You were asleep for many minutes before I finally got up to leave.

I loved that so much. Maybe tomorrow night we can do it again.


Saturday, July 14, 2012


Dear Spike:

In a few days, I'll leave you and your mother for a return trip to Ethiopia.

This time around I'll not be working on a specific journalistic project, but rather helping three of my students to complete projects of their own. We'll explore the lives of street boys in the throbbing conurbation of Addis Ababa; we'll watch the Summer Games on black and white television sets with athletes who are worthy of being Olympians, but couldn't afford to get there; we'll visit with refugees from the wars throughout Africa; and we'll leave with more questions than we had when we arrived — because that is how it always goes.

Both Lao-Tze and Socrates have been credited with some variation of the revelation that "the more we learn, the less we know" — and I've certainly found that to be the case.

I vividly remember the day I left Iraq after my first visit to that war-torn nation. I recall standing on the Baghdad International Airport tarmac, waiting to get on a C-130 en route Kuwait, Germany and ultimately home. I was tired. I didn't like being at war. I didn't like getting shot at. And I missed my wife, so much.

But as men and women slowly lumbered forward, I wanted nothing more than to hold back. Over the preceding two months, I'd done some of the best work of my young career. There are so many stories to tell, and we only live so long.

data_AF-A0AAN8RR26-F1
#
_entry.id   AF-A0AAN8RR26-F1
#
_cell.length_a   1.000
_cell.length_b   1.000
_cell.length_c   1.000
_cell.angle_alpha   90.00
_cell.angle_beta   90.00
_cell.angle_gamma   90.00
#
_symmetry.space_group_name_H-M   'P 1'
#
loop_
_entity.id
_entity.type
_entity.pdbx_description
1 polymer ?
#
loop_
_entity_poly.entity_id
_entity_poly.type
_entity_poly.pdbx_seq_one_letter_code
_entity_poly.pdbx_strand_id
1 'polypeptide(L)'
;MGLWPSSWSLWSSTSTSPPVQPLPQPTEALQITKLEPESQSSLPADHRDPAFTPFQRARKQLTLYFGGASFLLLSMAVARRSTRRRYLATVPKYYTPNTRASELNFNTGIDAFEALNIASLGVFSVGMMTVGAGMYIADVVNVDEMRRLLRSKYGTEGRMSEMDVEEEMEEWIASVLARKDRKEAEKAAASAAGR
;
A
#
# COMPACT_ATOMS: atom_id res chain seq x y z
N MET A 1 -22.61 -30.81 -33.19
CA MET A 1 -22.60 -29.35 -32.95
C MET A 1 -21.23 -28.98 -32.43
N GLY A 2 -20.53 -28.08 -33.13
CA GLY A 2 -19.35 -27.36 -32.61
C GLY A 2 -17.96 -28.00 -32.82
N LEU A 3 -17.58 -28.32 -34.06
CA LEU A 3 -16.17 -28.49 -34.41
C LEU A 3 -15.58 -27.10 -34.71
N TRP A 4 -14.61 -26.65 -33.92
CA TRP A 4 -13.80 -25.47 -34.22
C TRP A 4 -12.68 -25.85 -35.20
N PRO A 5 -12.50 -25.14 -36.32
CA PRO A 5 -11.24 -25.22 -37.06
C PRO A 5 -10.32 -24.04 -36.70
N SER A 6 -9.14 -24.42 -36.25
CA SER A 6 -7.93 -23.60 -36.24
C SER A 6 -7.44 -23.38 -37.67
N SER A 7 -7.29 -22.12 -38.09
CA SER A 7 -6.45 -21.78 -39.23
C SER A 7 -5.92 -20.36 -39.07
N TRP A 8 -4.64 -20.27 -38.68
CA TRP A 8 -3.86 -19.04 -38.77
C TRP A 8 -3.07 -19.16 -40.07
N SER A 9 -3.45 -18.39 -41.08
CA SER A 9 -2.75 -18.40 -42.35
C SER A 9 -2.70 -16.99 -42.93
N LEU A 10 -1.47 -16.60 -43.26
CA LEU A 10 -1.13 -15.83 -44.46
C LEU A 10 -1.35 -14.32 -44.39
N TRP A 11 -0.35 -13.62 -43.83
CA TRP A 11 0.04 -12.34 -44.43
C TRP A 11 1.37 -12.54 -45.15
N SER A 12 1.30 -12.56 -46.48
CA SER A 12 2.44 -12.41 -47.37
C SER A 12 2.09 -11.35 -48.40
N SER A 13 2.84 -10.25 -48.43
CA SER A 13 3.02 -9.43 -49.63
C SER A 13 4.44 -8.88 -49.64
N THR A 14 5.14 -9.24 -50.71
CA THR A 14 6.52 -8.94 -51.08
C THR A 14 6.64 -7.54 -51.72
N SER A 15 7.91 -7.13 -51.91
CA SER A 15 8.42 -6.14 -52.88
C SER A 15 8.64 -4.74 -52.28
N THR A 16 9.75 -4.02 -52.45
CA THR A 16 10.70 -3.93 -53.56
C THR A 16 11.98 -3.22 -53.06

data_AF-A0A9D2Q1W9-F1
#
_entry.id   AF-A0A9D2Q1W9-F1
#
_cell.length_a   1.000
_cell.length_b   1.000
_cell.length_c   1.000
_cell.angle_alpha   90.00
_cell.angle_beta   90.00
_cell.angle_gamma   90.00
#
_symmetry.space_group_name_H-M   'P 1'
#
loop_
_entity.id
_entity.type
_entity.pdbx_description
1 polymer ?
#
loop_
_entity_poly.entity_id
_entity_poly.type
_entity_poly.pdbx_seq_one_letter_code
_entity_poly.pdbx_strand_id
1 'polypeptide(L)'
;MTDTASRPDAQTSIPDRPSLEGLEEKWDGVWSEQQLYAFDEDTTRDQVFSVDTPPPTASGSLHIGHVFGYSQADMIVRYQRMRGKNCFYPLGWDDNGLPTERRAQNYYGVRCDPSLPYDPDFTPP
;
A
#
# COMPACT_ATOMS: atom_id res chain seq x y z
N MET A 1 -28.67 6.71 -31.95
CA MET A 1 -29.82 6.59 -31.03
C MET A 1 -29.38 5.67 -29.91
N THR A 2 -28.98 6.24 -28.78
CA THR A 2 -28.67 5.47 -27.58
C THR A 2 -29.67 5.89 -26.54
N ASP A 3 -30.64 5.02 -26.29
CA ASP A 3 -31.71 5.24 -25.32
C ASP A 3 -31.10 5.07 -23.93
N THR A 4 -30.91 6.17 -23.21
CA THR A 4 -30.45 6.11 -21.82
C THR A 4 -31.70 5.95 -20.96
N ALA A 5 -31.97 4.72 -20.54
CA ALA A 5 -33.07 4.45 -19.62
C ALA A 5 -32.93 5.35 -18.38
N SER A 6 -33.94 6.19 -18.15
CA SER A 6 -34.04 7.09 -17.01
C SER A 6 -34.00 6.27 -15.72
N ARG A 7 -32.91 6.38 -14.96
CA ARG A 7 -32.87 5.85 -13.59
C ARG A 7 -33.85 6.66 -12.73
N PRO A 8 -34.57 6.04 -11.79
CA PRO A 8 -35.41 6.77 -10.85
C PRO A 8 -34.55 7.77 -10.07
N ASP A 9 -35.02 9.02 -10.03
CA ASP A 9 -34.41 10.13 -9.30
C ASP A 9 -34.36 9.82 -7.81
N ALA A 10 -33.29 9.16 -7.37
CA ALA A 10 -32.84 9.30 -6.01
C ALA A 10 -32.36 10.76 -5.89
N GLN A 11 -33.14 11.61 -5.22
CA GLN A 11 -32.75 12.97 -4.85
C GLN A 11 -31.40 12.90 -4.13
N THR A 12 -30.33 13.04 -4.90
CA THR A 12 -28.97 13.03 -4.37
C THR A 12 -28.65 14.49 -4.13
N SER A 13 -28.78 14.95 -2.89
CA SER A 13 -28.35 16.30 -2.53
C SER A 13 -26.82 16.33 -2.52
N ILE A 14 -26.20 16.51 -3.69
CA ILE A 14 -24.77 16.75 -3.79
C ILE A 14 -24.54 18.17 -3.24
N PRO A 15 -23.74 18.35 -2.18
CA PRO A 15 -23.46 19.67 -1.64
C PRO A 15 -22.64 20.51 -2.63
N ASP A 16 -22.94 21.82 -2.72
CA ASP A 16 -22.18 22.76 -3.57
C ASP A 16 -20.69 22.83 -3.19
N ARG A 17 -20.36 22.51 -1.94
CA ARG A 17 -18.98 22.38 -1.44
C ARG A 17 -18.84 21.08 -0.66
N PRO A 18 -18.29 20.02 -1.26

That, I suppose, is why I do what I do. And that's an experience I'll be trying to share with my students while I'm away from you and your mother. Someday, if you wish, I will proudly share this story-telling tradition with you, too.

For now, you're off to other adventures. Your mother, upon contemplating my impending trip to Africa, decided there was little reason to stay at home and wait. So she bought two tickets to Cancun, where the two of you will swim, snorkel and sun for a few days while I'm away.

A girls' trip. And another stamp for your passport. I'm very excited for you.

This is a very big world. And I hope you explore it. Set your sails. Write your adventure.

There are so many stories, but the world can always use one more.


Monday, June 11, 2012


Dear Spike,

In the end, your arms were shaking. Your hands were unsure. Beads of sweat had formed on your brow.

But you just wouldn’t give up.

It struck me as strange. You’d been working at the playground rings for a few days. And finally, today on your second attempt, you had completed the challenge. A little leap from the platform. Six swings forward. Six swings back. One last swing and you were back on the platform.

You ran to me, jumped into my arms, nearly knocked me over.

“Did you see that?” you asked.

I most certainly had.

“Were you proud of me?” you asked.

I most certainly was.

But you weren’t content to do it just once. And for ten, then twenty, then thirty minutes to come, you tried to repeat you playground triumph. But your hands were slipping. Your arms were quivering. You fell and fell and fell.